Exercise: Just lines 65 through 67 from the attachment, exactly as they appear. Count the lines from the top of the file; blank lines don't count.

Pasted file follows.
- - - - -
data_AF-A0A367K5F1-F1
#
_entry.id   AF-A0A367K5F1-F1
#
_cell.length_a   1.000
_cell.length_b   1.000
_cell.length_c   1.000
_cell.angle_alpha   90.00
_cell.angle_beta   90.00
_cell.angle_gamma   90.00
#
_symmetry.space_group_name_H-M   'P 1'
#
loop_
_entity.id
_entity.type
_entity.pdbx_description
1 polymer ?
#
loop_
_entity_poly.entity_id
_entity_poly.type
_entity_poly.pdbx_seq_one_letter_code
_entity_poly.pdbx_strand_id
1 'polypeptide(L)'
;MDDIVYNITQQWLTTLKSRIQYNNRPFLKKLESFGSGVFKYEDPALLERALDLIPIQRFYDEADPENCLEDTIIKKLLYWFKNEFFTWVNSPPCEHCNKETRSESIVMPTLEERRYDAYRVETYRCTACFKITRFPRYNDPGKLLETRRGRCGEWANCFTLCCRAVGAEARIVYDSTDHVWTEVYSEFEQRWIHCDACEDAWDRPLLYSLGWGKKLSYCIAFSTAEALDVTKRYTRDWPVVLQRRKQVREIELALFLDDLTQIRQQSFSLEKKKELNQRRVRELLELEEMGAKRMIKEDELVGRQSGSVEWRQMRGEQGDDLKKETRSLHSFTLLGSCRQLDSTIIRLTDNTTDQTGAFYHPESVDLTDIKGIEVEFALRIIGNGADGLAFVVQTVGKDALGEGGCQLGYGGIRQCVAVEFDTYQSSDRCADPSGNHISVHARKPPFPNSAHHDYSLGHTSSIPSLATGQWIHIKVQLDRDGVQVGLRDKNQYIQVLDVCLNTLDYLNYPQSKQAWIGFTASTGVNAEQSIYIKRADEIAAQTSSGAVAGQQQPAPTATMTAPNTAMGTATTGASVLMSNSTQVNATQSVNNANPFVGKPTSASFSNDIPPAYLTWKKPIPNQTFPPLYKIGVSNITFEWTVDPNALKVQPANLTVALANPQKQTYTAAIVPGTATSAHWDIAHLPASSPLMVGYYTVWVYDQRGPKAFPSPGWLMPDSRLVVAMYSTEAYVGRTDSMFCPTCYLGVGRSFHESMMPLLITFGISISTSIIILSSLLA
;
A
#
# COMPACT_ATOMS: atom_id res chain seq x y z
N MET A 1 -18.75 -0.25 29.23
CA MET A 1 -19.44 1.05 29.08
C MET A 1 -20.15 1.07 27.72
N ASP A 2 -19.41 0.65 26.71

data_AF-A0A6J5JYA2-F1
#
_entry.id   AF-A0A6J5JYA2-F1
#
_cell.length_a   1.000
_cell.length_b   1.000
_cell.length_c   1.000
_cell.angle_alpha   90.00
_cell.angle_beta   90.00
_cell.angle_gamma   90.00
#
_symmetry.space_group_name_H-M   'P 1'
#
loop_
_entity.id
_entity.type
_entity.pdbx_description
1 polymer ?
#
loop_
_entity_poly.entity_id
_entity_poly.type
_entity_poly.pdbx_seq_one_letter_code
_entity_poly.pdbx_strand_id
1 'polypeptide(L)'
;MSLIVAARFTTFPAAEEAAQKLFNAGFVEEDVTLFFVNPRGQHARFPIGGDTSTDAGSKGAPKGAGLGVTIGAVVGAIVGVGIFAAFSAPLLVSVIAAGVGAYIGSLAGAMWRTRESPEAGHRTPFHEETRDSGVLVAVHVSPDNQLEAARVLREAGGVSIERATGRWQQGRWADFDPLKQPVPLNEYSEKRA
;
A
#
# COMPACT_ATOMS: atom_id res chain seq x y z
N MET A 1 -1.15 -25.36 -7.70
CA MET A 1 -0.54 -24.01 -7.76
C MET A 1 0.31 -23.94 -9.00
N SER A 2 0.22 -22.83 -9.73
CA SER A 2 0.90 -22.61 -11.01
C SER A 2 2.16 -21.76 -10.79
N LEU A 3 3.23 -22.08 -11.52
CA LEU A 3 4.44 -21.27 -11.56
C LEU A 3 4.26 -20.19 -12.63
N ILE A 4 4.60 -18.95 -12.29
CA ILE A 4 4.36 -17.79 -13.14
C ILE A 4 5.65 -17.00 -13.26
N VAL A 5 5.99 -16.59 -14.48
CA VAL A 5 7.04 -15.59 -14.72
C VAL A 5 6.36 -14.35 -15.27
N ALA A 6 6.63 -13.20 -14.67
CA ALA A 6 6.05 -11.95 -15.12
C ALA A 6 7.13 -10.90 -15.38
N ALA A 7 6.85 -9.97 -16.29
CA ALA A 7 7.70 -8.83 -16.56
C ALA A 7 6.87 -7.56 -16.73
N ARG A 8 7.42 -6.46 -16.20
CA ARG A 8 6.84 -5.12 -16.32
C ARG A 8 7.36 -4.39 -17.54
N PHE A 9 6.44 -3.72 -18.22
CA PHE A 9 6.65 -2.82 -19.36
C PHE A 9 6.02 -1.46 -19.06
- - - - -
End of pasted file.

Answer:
N MET A 1 -1.15 -25.36 -7.70
CA MET A 1 -0.54 -24.01 -7.76
C MET A 1 0.31 -23.94 -9.00